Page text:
College juniors Julie Berez and Mia Garuccio have recently been elected Programs in Religion, Interfaith and Spirituality Matters co-chairs. The DP sat down with them to talk about their journey, past experiences and future goals.
Daily Pennsylvanian: So, what does PRISM do?
Julie Berez: PRISM has a dual mission. First, it’s to be an umbrella group for religious life on campus, and second, to facilitate interfaith [dialogue]. We do that through dialogue programming and social events.
Mia Garuccio: As far as being an umbrella group, we are really into advocacy, figuring out … the needs of our groups [and] trying to explain those to bigger groups on campus like the Undergraduate Assembly or administrators. We also work a lot with funding. PRISM has funding from the Vice Provost from the Faith Fund, so that’s our other big mission because groups like Student Activities Council will rarely fund religious events.
DP: What are your short-term and long-term goals?
MG: One thing we really want to focus on is figuring out the individual needs of each group because we’ve been adding some new constituents. Short-term, we really want to meet with all of the people we’re looking out for.
JB: We’re trying to build a bigger presence on campus so that we can more actively advocate for groups and so that people know that there’s an outlet and a place to go for interfaith [activities] on campus. We’re also trying to strengthen our service arm.
DP: Why did you decide to run for chair?
MG: I’m co-chair of Faith Fund as I said, so seeing that has made me realize the potential for doing interfaith work on campus. Through the Faith Fund, religious groups come together and collaborate on events and offer suggestions, and I think that’s a really amazing resource to have. I just saw PRISM as being able to do that and expand it.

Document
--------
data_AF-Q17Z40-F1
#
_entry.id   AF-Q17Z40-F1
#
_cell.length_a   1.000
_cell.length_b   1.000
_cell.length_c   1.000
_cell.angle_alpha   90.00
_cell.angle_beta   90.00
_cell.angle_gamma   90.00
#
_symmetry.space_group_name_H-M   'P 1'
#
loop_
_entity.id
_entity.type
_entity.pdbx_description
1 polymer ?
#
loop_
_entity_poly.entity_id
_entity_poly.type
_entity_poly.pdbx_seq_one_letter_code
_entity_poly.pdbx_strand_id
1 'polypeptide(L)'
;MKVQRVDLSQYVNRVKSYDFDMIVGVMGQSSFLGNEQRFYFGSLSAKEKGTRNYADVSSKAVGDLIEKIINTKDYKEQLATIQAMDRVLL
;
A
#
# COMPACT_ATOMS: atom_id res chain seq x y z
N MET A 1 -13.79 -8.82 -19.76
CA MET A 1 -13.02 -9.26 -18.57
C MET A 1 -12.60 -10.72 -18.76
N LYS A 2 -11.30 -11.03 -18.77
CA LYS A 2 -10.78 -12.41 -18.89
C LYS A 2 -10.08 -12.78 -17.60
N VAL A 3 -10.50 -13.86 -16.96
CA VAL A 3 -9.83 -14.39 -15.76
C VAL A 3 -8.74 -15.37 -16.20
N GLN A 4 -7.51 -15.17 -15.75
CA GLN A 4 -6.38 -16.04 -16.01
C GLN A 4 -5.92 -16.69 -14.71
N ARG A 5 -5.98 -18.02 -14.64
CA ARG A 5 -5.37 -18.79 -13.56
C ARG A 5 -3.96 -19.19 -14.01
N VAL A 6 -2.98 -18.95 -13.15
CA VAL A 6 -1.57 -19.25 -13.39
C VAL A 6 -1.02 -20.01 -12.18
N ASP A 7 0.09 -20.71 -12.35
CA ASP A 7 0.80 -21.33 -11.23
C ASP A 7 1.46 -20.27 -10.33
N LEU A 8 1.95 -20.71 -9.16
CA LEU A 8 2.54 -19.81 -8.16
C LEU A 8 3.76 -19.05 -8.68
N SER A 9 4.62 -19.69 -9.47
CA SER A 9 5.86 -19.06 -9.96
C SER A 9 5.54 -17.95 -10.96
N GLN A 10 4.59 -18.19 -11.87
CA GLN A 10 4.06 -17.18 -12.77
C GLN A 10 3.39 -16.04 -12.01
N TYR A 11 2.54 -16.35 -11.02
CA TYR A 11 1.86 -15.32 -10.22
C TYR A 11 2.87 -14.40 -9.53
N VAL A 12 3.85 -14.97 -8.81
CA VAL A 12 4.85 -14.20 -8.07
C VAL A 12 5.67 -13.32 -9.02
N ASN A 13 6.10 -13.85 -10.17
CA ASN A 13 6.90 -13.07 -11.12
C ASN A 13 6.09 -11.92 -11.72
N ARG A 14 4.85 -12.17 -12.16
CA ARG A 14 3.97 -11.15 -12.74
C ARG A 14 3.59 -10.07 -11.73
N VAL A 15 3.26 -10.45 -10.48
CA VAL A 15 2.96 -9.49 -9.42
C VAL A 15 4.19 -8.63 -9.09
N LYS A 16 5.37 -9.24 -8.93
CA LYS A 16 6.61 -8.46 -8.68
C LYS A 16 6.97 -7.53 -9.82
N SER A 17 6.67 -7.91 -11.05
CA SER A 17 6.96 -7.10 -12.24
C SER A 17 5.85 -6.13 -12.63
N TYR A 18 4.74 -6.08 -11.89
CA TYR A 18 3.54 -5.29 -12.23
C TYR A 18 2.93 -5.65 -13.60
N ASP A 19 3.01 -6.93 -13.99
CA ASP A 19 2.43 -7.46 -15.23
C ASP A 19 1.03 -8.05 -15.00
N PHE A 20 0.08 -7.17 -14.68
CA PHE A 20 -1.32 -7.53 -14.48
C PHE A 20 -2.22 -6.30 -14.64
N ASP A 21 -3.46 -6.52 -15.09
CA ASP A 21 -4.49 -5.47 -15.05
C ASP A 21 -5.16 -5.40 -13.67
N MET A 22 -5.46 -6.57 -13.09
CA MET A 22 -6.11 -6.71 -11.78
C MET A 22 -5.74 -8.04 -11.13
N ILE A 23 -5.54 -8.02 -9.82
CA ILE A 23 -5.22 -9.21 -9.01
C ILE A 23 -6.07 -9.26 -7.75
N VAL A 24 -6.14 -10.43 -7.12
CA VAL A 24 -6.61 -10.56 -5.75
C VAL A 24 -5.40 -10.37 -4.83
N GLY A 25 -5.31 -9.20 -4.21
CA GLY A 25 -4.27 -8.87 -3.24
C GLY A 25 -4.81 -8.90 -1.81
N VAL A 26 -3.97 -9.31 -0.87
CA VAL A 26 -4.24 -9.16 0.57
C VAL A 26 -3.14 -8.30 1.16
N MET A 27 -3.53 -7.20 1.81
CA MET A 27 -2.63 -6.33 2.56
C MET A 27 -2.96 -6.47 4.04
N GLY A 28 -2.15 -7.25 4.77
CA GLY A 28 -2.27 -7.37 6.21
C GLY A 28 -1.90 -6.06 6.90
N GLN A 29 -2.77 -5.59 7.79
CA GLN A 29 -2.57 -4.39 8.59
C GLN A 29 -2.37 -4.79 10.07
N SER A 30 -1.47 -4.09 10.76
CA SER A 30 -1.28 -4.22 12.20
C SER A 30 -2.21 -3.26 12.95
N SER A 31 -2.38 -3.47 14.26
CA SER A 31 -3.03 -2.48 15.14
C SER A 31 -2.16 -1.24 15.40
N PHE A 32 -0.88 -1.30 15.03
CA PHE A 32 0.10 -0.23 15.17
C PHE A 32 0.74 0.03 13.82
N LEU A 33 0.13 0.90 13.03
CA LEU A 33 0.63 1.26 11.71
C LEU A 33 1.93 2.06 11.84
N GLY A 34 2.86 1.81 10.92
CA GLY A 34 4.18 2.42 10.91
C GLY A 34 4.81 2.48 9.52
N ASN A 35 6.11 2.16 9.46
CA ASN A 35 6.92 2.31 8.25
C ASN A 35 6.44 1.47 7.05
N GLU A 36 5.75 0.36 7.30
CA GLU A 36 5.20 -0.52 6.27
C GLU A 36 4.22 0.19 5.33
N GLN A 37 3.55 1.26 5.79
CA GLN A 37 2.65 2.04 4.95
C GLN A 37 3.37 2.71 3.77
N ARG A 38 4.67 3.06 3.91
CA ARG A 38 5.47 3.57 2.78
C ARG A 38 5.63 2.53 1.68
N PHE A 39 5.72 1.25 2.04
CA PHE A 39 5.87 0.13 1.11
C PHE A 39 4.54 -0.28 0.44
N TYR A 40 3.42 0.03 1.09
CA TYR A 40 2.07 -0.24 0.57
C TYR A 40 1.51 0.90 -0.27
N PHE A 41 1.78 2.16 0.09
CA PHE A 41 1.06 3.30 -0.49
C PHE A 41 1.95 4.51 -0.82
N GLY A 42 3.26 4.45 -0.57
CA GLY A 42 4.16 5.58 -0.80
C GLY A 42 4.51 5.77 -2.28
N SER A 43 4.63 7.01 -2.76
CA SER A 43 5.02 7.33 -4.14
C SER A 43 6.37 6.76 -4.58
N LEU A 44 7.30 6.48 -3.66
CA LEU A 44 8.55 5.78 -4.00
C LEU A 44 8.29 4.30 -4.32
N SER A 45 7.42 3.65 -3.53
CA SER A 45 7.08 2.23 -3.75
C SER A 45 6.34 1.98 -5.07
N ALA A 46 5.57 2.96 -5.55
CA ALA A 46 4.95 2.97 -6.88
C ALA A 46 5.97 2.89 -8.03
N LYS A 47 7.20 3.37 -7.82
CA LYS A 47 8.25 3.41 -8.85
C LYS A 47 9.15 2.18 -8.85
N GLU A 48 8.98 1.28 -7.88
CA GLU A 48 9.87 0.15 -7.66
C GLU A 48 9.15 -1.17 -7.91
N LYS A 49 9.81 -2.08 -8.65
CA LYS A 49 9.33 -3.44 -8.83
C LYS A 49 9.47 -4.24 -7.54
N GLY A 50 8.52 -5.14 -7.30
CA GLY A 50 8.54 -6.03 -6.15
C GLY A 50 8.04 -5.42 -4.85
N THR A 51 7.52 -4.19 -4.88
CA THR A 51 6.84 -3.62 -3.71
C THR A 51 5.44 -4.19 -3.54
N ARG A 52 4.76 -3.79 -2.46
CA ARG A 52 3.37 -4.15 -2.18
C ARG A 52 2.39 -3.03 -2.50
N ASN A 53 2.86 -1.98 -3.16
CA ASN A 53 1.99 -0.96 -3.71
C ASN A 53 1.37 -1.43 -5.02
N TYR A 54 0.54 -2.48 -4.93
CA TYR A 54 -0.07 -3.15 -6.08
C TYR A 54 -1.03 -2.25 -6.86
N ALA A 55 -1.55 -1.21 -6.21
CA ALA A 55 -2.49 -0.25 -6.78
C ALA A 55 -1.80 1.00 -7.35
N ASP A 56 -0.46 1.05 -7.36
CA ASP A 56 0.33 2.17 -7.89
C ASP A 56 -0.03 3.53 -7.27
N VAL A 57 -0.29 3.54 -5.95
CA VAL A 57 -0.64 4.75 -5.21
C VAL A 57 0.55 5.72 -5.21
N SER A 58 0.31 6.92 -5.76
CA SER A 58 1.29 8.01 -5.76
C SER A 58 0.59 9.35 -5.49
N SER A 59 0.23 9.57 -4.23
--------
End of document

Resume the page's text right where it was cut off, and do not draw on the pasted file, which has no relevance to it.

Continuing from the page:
JB: I was very active in my Jewish community in high school, but was also very interested in why religion seemed to cause conflict in a lot of cases and how you can use dialogue, discussion and service to bring different groups together, because the core foundations of these religions were morals and community building. What really drew me to PRISM is the idea of building an interfaith community where people can use their own religious beliefs, knowledge and texts to share with others, build greater understanding on campus, allow people to bounce ideas off of each other and get a stronger basis in their own faith by learning about others.
DP: How long have you been working with PRISM?
JB: I’ve been working with PRISM since freshman year. I started as programming chair, and then I was vice chair, and now co-chair.
MG: During my freshman year, I got involved with my own religious community, the Penn Catholic Student Association, so that’s how I got connected to PRISM … . This year I am co-chair of the Faith Fund and now co-chair of PRISM.
DP: Why did you decide to become involved?
MG: Both of us have similar experiences as far as being interested in interfaith work. At home, we’re both really active in our own respective religious groups. Coming to Penn, I continued that by being really involved in Catholic events. One thing that’s unique about Penn is how many really active religious groups there are here. I saw that as something I was interested in as far as figuring out where people have things in common.
DP: What’s been the most rewarding part of being involved?
JB: The people that I’ve gotten to meet through it. I think it’s given me such a better understanding of some of the vibrant groups on campus.
MG: I have to agree. Generally the people PRISM draws in are all really passionate about their religion, so when you get them all in an environment where they can talk about what they believe and feel strongly about, that’s a really moving thing. Being involved in a group that allows for that is really awesome.
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